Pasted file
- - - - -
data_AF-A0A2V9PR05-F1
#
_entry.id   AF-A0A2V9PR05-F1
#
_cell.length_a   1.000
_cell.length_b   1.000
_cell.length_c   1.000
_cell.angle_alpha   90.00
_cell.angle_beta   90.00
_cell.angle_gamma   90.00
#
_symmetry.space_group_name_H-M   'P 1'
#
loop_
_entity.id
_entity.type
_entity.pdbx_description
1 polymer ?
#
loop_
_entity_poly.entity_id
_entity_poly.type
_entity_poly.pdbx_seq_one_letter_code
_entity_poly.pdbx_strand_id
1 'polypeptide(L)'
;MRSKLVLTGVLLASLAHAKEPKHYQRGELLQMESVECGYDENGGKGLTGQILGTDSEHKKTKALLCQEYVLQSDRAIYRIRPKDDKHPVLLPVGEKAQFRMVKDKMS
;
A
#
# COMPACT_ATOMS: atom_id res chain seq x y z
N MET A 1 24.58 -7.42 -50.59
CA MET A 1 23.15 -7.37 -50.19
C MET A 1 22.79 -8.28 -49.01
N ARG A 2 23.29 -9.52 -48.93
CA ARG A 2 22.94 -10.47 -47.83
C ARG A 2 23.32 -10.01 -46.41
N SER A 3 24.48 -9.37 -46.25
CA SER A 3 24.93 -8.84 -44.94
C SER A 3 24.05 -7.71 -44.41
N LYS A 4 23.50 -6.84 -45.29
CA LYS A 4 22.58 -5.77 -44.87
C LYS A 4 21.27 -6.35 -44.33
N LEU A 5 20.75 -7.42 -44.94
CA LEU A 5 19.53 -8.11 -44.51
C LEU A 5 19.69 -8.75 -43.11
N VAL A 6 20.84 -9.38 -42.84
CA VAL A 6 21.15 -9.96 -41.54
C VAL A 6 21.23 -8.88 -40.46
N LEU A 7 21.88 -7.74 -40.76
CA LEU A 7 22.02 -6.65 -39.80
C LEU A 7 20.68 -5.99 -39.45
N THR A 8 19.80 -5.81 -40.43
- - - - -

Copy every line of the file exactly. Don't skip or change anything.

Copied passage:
data_AF-A0A2V9PR05-F1
#
_entry.id   AF-A0A2V9PR05-F1
#
_cell.length_a   1.000
_cell.length_b   1.000
_cell.length_c   1.000
_cell.angle_alpha   90.00
_cell.angle_beta   90.00
_cell.angle_gamma   90.00
#
_symmetry.space_group_name_H-M   'P 1'
#
loop_
_entity.id
_entity.type
_entity.pdbx_description
1 polymer ?
#
loop_
_entity_poly.entity_id
_entity_poly.type
_entity_poly.pdbx_seq_one_letter_code
_entity_poly.pdbx_strand_id
1 'polypeptide(L)'
;MRSKLVLTGVLLASLAHAKEPKHYQRGELLQMESVECGYDENGGKGLTGQILGTDSEHKKTKALLCQEYVLQSDRAIYRIRPKDDKHPVLLPVGEKAQFRMVKDKMS
;
A
#
# COMPACT_ATOMS: atom_id res chain seq x y z
N MET A 1 24.58 -7.42 -50.59
CA MET A 1 23.15 -7.37 -50.19
C MET A 1 22.79 -8.28 -49.01
N ARG A 2 23.29 -9.52 -48.93
CA ARG A 2 22.94 -10.47 -47.83
C ARG A 2 23.32 -10.01 -46.41
N SER A 3 24.48 -9.37 -46.25
CA SER A 3 24.93 -8.84 -44.94
C SER A 3 24.05 -7.71 -44.41
N LYS A 4 23.50 -6.84 -45.29
CA LYS A 4 22.58 -5.77 -44.87
C LYS A 4 21.27 -6.35 -44.33
N LEU A 5 20.75 -7.42 -44.94
CA LEU A 5 19.53 -8.11 -44.51
C LEU A 5 19.69 -8.75 -43.11
N VAL A 6 20.84 -9.38 -42.84
CA VAL A 6 21.15 -9.96 -41.54
C VAL A 6 21.23 -8.88 -40.46
N LEU A 7 21.88 -7.74 -40.76
CA LEU A 7 22.02 -6.65 -39.80
C LEU A 7 20.68 -5.99 -39.45
N THR A 8 19.80 -5.81 -40.43